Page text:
- 29% of Brits are too scared to change something in their home in case they make the wrong decision
- More than one in 10 have spent extra money making further changes to their homes
- 40% of consumers have returned products because they didn’t look the same once they got them home
Nearly one in five consumers in the UK have made a change to their home in the past 12 months, only to regret their design decisions, according to new research.
Endless arrays of floor and wall coverings, countless furniture styles and colours, coupled with an inability to visualise how finished projects will look, are leaving millions of befuddled Brits second guessing home décor changes.
Others (29%) are so scared of making a bad choice they are avoiding making any decision at all.
And more than one in 10 have regretted a disastrous design decision so much that they have spent more money making further changes to cover-up their mistake.
The findings are part of a report commissioned by Manchester tech start-up DigitalBridge investigating the impact of the “imagination gap” – which occurs when consumers delay purchases because they can’t imagine what products will look like in their own home.
The report highlighted the level of decorator’s remorse among homeowners, with nearly one in five revealing they had made some kind of home-décor change that looked entirely different to how they imagined.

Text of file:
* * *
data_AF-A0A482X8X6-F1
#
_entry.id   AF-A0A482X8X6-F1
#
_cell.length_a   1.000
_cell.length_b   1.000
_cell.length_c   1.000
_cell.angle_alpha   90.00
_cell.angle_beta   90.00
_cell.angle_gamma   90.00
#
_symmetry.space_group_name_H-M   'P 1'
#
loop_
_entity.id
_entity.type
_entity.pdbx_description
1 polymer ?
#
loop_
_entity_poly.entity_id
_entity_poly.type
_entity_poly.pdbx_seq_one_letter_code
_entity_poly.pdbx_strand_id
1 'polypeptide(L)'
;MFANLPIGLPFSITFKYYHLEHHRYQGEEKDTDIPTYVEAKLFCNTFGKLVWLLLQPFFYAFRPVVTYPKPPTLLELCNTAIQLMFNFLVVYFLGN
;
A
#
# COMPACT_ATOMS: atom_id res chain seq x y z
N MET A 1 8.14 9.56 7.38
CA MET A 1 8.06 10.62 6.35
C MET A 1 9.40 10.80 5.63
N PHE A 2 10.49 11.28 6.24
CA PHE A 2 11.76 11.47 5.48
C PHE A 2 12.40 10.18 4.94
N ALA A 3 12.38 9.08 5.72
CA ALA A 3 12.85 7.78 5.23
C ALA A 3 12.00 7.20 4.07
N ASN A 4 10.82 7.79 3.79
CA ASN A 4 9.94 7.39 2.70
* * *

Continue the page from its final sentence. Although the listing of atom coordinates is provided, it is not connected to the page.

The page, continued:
It also revealed a commercial challenge for retailers that are being forced to deal with extra costs and delays dealing with returns from indecisive consumers.
Of those who took part in the survey, 40% said they had returned products that didn’t look how they imagined when placed in a room, while more than a third of consumers admitted to returning products because they “didn’t look right” in the allotted space.
And more than half of consumers said they had decided against buying new furniture, wallpaper or paint just because they couldn’t imagine what it would look like in their home.
Worryingly for retailers the items consumers are most likely to return or put off buying altogether – furniture, wallpaper and paint – are the same products consumers say they are most likely to consider buying in the next 12 months.
Nearly a quarter (23%) of people also said they have put off buying new floor coverings while almost a third (29%) said they had decided against buying items like curtains or cushions.
Commenting on the report’s findings DigitalBridge CEO David Levine said: “Making changes to a home is a major decision that can be costly and time-consuming. Being left feeling like you have made a mistake can be devastating, particularly if you then spend extra time and money making further changes.
“In the past, this problem was something retailers were unable to help customers overcome, but new technology and developments in virtual, augmented and mixed reality platforms are making it possible for homeowners to preview changes before spending any money.
“This report also highlights a serious commercial challenge for retailers with consumers admitting to putting off, or deciding against, making purchases because they can’t imagine what items will look like when they get home.
“Considering the size of the UK’s home décor market that is potentially millions that retailers are missing out on.
“Consumers have often wished they had an undo button for their poor choices, and now technology has given them one.”
You can read DigitalBridge’s report: “The Imagination Gap – Retail’s £1bn problem” here